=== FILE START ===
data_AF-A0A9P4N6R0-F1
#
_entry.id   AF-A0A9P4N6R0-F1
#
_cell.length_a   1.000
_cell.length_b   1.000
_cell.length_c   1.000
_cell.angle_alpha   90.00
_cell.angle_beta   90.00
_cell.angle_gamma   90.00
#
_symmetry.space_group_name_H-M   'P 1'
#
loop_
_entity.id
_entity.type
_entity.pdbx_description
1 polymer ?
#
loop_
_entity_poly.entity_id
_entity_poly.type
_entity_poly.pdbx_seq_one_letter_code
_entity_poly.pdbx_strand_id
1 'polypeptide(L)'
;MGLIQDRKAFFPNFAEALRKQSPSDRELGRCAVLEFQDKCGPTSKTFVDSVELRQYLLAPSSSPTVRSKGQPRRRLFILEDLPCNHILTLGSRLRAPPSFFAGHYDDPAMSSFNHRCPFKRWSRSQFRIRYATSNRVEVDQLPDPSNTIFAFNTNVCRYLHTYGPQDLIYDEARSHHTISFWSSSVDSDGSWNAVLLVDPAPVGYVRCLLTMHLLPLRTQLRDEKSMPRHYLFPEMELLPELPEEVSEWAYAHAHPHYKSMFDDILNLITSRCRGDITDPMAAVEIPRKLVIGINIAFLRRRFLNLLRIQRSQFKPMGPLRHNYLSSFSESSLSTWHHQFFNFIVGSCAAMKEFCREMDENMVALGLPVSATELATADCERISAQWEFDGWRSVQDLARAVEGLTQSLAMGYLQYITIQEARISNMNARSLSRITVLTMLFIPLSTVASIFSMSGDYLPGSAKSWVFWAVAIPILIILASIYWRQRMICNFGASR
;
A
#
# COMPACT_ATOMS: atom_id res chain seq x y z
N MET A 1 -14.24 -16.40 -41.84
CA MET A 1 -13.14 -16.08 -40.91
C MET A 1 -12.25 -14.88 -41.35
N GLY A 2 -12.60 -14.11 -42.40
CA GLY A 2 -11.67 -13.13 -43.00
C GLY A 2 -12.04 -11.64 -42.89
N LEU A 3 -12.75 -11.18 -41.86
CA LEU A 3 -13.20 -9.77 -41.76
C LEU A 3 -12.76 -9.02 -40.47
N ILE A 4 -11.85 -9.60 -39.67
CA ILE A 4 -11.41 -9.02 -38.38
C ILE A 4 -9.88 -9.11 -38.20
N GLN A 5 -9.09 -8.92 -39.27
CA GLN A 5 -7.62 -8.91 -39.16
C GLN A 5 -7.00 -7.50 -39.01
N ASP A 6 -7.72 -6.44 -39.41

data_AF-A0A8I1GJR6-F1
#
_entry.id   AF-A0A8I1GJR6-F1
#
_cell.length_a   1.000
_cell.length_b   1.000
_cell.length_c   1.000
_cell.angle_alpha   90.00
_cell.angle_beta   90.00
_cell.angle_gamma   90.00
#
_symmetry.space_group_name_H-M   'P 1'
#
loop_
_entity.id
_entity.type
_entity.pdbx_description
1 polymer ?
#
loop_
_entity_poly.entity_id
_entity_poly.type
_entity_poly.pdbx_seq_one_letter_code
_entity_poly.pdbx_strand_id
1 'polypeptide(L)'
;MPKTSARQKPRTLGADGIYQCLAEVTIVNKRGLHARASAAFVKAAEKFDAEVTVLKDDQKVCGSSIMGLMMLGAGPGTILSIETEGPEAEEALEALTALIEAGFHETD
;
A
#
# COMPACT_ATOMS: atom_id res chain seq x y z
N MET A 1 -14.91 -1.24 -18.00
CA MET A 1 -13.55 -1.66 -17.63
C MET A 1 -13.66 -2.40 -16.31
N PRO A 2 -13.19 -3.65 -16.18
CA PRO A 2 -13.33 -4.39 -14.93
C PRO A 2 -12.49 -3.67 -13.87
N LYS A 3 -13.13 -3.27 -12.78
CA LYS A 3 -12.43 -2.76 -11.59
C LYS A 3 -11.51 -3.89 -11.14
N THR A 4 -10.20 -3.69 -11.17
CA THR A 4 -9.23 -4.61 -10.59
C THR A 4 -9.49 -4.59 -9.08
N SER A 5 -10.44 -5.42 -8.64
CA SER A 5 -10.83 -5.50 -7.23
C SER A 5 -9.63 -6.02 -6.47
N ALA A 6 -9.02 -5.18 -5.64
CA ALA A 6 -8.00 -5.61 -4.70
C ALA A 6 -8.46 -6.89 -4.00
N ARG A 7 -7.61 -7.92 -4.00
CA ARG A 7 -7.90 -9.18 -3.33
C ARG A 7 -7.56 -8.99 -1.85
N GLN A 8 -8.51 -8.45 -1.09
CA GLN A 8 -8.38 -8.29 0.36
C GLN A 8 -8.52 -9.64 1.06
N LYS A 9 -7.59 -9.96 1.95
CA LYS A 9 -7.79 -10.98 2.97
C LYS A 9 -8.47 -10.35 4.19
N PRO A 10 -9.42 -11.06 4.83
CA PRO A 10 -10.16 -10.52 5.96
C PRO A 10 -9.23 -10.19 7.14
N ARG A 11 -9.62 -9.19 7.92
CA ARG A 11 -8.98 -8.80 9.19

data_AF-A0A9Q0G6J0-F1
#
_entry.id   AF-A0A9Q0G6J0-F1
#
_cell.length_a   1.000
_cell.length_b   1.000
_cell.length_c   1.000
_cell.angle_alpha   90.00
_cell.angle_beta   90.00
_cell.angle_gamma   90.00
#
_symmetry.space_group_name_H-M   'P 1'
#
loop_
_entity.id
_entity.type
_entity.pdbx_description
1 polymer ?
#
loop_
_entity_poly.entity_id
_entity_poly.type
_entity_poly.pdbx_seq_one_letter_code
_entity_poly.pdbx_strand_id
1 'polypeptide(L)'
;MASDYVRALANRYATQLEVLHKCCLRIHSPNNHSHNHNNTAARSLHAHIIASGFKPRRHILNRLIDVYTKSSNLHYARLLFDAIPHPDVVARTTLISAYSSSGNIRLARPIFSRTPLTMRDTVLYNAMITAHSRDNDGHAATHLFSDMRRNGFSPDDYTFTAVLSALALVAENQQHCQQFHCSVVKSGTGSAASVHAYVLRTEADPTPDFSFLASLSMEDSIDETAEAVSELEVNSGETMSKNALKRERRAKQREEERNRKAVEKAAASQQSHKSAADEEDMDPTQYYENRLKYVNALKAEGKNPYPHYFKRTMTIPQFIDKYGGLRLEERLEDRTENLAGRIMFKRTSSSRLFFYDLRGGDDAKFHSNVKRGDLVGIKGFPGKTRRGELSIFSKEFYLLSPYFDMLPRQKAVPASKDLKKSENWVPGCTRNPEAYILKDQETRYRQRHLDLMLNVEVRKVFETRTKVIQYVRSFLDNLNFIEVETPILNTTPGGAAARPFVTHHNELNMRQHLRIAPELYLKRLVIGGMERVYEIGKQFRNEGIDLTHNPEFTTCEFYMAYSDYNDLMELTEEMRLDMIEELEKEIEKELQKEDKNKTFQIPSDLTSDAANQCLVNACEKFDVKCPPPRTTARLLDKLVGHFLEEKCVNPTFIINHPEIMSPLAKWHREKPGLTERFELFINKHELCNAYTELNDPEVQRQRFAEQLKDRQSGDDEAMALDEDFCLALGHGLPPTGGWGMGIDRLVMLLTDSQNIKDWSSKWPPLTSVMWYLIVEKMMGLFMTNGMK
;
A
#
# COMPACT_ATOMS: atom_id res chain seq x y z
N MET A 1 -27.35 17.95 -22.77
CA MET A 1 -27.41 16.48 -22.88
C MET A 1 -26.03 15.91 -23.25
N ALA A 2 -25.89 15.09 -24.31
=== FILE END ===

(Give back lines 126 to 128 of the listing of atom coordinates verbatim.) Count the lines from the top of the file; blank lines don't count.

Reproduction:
1 polymer ?
#
loop_